MOUNT VERNON, Wash. (AP) — "Once ubom a tmie there was a friembl dobl."
While that sentence may seem to be gibberish, Concrete Elementary School students learned earlier this month that it is how some of their classmates may read the sentence "Once upon a time there was a friendly dog."
"By understanding each other, we can treat each other better," said Jana Toomey with the Maple Valley-based IDEA Project.
Founded by a woman whose son has Down syndrome, the IDEA Project is a nonprofit that travels to schools to help students better understand classmates with disabilities.
"Differences are good and we want to be unique," Toomey said. "Think about how you can treat people you meet that have disabilities, you might not know they have disabilities."
Concrete students in kindergarten through sixth grade got the chance to imagine what it would be like to have a variety of disabilities — from blindness to learning disorders — through interactive experiences.
"It increases their empathy for other people and it gives them patience," parent volunteer Jacen Martin said. "Have patience with your neighbors, your friends, because you don't know what they're going through."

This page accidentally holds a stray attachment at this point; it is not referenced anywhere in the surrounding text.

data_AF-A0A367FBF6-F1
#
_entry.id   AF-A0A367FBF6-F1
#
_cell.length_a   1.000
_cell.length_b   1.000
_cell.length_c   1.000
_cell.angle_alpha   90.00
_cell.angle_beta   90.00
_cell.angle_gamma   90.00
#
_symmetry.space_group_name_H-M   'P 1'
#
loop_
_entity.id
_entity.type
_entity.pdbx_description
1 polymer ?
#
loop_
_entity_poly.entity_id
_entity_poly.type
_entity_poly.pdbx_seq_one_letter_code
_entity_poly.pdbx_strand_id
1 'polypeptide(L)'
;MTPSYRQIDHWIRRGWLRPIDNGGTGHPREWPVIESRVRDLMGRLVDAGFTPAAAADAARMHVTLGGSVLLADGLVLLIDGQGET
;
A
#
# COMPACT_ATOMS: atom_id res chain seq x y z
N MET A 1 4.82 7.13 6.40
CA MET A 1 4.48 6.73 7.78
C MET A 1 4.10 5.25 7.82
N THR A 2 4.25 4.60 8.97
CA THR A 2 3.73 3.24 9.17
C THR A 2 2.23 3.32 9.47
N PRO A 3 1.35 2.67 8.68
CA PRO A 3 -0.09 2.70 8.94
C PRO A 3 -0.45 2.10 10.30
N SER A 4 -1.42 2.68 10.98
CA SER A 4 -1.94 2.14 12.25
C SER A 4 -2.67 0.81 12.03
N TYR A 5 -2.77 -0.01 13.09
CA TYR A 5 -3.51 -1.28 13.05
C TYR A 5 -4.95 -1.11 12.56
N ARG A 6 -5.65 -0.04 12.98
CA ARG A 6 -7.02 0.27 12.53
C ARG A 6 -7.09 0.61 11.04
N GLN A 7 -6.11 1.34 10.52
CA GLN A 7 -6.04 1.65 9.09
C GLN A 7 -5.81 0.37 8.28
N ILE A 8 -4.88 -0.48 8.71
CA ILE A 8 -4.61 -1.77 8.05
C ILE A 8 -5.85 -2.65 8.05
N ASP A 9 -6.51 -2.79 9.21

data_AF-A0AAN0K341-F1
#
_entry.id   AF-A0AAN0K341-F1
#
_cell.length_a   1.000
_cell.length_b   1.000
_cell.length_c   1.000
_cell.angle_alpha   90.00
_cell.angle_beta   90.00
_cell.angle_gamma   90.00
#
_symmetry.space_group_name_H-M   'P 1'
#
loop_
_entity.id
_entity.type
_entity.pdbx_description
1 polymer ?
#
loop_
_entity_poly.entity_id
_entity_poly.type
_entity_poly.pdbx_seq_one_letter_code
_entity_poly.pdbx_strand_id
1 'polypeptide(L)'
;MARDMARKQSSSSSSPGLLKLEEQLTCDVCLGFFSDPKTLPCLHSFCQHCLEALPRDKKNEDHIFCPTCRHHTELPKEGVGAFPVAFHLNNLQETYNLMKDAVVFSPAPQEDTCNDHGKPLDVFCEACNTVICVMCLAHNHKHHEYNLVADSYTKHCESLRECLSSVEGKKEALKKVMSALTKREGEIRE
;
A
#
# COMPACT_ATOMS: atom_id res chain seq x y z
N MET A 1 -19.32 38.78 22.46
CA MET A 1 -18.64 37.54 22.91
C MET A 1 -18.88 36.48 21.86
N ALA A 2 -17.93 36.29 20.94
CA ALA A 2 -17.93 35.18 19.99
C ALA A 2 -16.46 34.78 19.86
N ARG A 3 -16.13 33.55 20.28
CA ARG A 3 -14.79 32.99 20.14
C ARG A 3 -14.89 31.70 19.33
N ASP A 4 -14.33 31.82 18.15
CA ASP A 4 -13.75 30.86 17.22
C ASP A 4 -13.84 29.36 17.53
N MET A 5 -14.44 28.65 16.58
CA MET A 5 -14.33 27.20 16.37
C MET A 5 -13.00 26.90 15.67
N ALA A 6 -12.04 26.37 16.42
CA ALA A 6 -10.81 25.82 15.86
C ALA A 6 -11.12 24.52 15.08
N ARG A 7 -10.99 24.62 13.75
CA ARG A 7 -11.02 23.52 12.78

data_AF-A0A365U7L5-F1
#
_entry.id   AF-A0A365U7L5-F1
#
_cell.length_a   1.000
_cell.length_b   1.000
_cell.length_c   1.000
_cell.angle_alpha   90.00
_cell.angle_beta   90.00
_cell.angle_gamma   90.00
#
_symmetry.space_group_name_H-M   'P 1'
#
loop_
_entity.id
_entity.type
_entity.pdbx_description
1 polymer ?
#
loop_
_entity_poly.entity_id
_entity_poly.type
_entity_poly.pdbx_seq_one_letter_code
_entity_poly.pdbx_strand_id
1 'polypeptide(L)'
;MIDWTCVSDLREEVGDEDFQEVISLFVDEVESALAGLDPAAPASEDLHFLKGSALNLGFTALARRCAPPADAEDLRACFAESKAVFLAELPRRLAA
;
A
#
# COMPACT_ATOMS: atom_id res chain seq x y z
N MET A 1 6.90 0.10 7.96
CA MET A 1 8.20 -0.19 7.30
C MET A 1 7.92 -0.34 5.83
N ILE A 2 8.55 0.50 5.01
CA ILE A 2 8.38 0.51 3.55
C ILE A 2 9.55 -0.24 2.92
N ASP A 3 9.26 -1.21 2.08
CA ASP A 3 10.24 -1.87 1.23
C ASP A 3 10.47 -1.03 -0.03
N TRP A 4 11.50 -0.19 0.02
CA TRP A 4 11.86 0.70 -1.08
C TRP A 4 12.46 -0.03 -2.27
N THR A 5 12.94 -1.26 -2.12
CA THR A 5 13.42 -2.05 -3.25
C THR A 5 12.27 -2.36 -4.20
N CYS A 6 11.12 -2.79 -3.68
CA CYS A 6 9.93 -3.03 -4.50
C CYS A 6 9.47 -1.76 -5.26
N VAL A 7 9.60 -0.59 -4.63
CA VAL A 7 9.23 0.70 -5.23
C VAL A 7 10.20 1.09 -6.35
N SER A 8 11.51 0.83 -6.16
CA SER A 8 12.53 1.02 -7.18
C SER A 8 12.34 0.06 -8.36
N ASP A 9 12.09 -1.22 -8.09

In one of the activities, students closed their eyes and had mere minutes to attempt to learn braille and read a sentence.
Other students had to attempt to follow instructions while headphones played noises and they were tickled with a feather duster.
The students participated in each station for three-and-a-half minutes.
"Think what it would be like to have that disability all day long," Toomey said. "Every day."
In its seven years, Toomey said the IDEA Project has seen a 70 percent reduction in bullying among students at schools in the districts it works with statewide.
"It's a lot better understanding," she said. "More inclusiveness."
That was the goal in bringing the IDEA Project to Concrete, Principal Jaci Gallagher said.
"Our hope is this school visit will provide instruction, awareness and understanding to students while honoring people with disabilities," Gallagher said.
Teacher Rachel Nyberg said she hopes the students come away from the lesson with more ways to communicate with their classmates.
"When they're working with a classmate who has a disability, (this) gives them compassion and a different way to approach that," she said. "It broadens their methods to communicate."
Student Hayley Daniels said the day gave her a greater understanding of her classmates.
"Even if people have a disability, they can still do things, it just takes them a little longer," Hayley said. "You want to help them more because it can be really hard for them."